I'm still trying to figure out why voting A on some of those questions was supposed to be a bad thing.
It wasnt. The poll was just meant to find out to what extent people felt any extent of negative feelings that have to do with race. In order to map out to what extent the prevalence of those feelings corresponded with political choices.
You can have good reasons or bad reasons for opinions that express a certain resentment about this or that current policy or norm on race. Obviously some of the questions refer to socially taboo opinions, while others refer to commonplace and mainstream opinions. There is no implication that anyone who answers A on any given question must be a racist.
There is no judgement at the end of the poll; just a better understanding of the extent to which issues concerned with race are prevalent in the population, and may have determined election results.
(One criticism is that this poll focuses specifically on possible negative feelings of white people. But the reason for that is purely pragmatic. Newsweek is a news medium and thus interested primarily in the issues that are making the news. And making the news in mid-May were questions about to what extent negative feelings to do with current race relations, or race politics or policies, were impacting the vote of white voters. So thats what they did a poll on.)
PS: I kind of resent the question in this poll, for two reasons:
- The poll also annoys me by failing to differentiate between people who oppose quotas and preferences for Blacks and those who actively resent Blacks. There's an important difference between answering "A" to question 1 and answering "A" to question 10. The poll pays no attention to this difference.
That doesnt make sense to me. Of course the poll pays attention to that; the whole point of the poll is to count the number of opinions people have, and to distinguish between people with, say, three or four A)s and those who have ten.
The poll is intended to pinpoint the prevalance of exactly
this differentiation of opinions. People who have, say, two or three or four A's are likely to be people who just oppose certain policies or norms that came with the era of affirmative action and the like; people who have seven As likely do feel some resentment about the treatment of whites vs that of blacks, even if they dont believe that one race is inferior to the other or such outright racist convictions; while people who have 10 A's are probably indeed racist. (Read on before you start replying please :wink: )
Since humans are complex and unpredictable beings, the combination of answers may be all over the map, so it's impossible to in advance define an A) to one question as racially charged and an A) to another as value-neutral. Some people who oppose affirmative action may do so from libertarian conviction, for example, while others who complain about it do complain out of some racial resentment. Or to go way to the other end of the scale, some people who dont want their daughter to date a black person may do so because they are against race mixing out of principle; others may just be acting out of some negative personal experience.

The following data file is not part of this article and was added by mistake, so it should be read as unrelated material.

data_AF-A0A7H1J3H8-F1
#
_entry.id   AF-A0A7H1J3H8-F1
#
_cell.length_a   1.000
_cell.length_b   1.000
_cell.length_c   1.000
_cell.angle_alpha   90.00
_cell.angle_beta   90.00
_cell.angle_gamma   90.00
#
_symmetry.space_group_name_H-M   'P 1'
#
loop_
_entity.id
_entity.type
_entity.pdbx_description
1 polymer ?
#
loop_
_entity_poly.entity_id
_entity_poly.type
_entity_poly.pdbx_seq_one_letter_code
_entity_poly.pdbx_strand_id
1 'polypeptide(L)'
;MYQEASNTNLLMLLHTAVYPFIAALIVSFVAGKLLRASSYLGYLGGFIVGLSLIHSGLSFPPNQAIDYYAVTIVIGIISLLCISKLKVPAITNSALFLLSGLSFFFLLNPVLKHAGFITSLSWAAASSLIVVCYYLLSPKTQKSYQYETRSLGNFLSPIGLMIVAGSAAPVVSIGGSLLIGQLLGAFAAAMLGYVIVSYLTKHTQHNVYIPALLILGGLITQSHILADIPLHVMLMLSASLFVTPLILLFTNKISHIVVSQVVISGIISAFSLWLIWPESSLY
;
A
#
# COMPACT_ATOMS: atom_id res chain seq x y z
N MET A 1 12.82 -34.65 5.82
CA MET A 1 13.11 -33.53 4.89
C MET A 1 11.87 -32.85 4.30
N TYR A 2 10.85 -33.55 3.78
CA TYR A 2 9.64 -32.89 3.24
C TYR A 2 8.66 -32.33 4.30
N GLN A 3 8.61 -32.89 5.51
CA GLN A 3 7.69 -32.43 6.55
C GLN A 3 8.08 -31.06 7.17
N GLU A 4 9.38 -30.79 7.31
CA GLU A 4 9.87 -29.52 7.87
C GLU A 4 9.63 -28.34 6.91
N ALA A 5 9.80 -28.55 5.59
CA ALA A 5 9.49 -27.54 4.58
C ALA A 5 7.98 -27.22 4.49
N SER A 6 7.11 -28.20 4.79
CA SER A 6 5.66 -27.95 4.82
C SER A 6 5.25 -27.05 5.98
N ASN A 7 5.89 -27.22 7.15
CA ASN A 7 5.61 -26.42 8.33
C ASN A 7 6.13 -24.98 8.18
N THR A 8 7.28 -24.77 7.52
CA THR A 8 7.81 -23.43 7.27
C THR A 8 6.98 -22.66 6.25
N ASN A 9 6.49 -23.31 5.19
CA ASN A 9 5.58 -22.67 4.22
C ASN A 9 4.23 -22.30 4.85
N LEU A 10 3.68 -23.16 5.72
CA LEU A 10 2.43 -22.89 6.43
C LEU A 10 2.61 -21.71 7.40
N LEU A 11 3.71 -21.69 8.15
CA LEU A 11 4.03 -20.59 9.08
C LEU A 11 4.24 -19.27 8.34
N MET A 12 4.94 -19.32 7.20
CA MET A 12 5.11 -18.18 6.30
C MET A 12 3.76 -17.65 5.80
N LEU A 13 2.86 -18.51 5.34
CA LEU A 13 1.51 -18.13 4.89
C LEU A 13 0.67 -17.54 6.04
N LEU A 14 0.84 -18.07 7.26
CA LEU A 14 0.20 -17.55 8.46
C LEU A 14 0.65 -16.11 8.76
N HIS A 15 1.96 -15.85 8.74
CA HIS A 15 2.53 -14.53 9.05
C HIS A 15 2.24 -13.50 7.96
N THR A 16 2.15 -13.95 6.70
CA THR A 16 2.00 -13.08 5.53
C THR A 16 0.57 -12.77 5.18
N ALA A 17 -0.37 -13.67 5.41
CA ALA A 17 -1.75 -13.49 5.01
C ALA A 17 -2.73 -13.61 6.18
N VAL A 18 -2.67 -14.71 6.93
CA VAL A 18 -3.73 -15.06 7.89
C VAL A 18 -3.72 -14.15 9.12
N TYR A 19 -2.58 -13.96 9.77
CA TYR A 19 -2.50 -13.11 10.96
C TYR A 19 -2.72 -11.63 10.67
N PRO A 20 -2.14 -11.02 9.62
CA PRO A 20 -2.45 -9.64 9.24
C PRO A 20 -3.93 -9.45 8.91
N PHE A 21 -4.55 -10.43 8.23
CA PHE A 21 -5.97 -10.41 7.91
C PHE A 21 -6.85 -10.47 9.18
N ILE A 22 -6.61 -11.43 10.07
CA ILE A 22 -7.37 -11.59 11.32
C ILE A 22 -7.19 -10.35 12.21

Whether the question is one that goes very far, or not very far at all, the pollster still can not identify which motivation is which just by that one A). But by integrating such questions in a broader poll that includes a range of questions of various intensity about race, you can deduce from the total count to what extent a disagreement with one or the other policy, value or principle is just that, or indicative of some broader feeling of racial resentment.
The poll itself could not possibly define which questions could signify racism and which could merely signify disagreement with this or that government policy in advance. That would be foolish because of the above, how people dont stick to such neat categorisations of response. But also of course because it would make the results useless, practically instructing people which questions are "OK" to answer A) to or not. You would certainly dismiss a poll that did so out of hand.
It's only in an overall end count that you can estimate general patterns. The extent to which people answered A) nil, three, six or nine times suggests distinctions between racism, racial resentment, mere disagreement with some prevalent values or policies, and complete comfort with the most liberal beliefs on the subject.
Hell, and even then the estimation cant be applied to any individual's answers: it's not some kind of ultimate truth test to smell out how racist you are. Who knows what individual circumstances may lead this or that racist to still answer B) ten times, or may lead someone who is not racist to still end up with eight A)s. The results are meant to be read collectively; eg, if Hillary or McCain voters heavily concentrate around a mark an X number of a)s up from those of another candidate, you can guess to what extent matters of race played a role in their overall choice.
The reproduction of the poll in a setting like this forum's of course precludes any such systematic evaluation of the results like that; consider it just an attempt to satisfy my curiosity. :wink: